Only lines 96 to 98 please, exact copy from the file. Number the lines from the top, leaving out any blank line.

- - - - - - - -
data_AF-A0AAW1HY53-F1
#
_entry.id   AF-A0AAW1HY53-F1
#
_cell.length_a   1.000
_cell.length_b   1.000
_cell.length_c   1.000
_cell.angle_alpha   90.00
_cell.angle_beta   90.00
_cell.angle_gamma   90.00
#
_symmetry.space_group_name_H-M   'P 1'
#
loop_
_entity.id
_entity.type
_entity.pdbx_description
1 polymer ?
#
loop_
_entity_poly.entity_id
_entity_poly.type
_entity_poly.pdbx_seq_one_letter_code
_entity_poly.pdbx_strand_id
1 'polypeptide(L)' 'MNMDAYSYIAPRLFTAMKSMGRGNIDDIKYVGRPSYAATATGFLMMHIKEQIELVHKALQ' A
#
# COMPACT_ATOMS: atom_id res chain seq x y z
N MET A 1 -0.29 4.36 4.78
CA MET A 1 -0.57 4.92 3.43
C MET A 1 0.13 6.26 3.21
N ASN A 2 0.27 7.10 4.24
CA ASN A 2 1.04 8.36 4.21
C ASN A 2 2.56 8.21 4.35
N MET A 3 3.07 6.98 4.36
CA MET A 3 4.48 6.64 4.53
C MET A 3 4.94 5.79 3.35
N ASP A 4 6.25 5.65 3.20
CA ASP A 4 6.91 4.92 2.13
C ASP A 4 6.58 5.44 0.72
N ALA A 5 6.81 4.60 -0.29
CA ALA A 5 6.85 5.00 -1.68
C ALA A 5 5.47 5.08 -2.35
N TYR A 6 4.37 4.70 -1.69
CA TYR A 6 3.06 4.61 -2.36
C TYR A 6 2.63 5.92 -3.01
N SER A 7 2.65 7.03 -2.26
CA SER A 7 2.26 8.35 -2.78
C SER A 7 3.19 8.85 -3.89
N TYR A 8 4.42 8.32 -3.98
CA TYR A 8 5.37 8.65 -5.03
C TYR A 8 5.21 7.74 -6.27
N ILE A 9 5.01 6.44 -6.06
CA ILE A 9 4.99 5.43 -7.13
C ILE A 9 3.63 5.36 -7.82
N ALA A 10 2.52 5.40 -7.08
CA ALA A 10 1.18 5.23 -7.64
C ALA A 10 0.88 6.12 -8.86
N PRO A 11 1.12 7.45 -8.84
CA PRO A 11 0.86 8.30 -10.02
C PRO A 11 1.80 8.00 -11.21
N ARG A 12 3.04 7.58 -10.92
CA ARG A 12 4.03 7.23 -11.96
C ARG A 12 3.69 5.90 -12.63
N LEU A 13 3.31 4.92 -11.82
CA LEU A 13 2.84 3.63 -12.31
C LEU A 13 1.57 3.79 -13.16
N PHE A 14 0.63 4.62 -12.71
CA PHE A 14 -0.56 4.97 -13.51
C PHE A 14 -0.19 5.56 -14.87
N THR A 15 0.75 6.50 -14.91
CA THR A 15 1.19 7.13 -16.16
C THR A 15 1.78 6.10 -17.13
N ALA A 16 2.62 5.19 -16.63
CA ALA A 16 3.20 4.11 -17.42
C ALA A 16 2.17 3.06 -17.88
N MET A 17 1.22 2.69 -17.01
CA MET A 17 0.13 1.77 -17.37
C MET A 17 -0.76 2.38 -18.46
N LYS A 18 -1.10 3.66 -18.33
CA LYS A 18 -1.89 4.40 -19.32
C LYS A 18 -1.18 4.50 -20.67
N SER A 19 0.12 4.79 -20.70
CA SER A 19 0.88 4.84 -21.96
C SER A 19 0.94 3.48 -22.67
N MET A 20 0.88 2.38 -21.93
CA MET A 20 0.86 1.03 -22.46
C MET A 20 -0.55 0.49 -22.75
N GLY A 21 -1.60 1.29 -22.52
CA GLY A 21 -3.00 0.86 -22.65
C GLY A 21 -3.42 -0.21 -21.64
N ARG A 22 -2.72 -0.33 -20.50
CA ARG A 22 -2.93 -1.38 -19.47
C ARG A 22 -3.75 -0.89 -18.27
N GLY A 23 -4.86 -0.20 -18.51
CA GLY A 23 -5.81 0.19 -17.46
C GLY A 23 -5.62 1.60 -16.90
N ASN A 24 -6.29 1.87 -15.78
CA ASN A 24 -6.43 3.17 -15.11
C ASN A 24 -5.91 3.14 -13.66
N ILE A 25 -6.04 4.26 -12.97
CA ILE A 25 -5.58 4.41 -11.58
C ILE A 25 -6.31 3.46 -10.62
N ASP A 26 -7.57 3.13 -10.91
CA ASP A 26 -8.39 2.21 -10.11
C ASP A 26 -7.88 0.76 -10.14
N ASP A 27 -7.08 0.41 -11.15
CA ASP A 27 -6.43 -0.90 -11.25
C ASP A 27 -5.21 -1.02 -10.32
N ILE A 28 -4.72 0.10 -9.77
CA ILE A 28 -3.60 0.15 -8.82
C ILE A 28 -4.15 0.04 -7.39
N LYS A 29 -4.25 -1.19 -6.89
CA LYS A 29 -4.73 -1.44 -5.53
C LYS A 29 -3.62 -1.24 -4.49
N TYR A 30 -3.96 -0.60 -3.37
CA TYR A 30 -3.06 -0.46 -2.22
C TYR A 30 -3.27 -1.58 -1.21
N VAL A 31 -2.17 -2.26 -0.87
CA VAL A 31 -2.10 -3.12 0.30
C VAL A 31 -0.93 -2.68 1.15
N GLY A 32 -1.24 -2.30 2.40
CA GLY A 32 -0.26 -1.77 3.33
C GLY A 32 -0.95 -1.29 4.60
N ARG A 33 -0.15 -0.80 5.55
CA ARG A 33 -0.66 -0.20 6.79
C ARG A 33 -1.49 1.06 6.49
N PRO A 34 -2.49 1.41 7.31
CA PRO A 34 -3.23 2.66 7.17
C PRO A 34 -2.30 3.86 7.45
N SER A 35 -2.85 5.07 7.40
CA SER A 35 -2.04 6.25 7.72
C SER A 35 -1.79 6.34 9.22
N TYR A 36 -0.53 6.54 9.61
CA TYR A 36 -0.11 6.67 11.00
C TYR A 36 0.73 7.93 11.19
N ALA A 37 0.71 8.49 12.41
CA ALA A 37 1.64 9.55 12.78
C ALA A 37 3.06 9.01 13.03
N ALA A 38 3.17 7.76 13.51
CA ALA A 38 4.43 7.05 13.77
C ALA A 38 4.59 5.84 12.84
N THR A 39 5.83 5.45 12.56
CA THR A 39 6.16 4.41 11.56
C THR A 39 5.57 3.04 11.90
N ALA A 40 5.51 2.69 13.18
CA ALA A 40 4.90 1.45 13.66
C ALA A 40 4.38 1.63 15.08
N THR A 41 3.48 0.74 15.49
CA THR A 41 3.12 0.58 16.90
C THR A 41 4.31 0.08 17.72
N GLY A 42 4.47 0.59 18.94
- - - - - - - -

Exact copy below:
C GLY A 23 -5.62 1.60 -16.90
N ASN A 24 -6.29 1.87 -15.78
CA ASN A 24 -6.43 3.17 -15.11